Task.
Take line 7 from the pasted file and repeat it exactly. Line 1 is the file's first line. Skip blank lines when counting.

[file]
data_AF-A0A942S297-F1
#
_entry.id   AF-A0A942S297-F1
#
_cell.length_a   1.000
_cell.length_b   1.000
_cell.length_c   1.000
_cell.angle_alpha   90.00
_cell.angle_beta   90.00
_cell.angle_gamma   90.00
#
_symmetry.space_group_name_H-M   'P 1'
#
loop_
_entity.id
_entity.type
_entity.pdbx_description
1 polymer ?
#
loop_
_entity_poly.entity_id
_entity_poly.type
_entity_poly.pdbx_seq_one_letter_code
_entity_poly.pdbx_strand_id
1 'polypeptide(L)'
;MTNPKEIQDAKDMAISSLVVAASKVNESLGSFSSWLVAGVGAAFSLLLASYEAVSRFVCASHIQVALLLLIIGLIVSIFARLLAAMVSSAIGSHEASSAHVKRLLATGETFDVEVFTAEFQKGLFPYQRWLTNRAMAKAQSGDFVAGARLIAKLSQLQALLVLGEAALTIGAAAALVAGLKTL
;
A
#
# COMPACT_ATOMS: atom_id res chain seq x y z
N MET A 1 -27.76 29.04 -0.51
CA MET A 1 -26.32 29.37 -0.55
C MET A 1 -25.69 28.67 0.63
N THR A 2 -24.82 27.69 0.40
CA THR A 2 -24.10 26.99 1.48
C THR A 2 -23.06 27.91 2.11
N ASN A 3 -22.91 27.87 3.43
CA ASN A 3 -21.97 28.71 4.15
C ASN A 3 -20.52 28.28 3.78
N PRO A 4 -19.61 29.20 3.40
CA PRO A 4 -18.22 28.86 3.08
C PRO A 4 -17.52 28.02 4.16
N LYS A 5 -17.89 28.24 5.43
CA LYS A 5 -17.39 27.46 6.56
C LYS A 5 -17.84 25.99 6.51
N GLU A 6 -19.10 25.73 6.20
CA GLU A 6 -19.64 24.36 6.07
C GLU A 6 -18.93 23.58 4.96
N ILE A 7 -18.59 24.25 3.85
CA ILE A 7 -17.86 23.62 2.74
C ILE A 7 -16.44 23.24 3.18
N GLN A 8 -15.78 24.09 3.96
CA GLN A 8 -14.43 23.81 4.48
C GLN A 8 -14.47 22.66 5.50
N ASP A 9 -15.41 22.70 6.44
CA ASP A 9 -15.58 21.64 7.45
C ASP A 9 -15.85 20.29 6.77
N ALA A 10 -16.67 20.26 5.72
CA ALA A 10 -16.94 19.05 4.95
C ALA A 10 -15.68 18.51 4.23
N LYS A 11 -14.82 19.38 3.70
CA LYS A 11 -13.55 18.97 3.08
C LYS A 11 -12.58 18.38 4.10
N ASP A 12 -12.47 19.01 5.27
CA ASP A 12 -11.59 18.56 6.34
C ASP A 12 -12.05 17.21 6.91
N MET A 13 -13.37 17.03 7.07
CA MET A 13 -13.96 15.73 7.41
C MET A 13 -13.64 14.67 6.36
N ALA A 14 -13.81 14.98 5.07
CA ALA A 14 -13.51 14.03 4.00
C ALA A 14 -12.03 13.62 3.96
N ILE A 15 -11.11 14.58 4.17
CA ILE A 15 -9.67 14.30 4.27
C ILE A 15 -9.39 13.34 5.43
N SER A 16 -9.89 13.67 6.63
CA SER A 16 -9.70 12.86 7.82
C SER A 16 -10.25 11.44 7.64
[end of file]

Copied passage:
_cell.length_c   1.000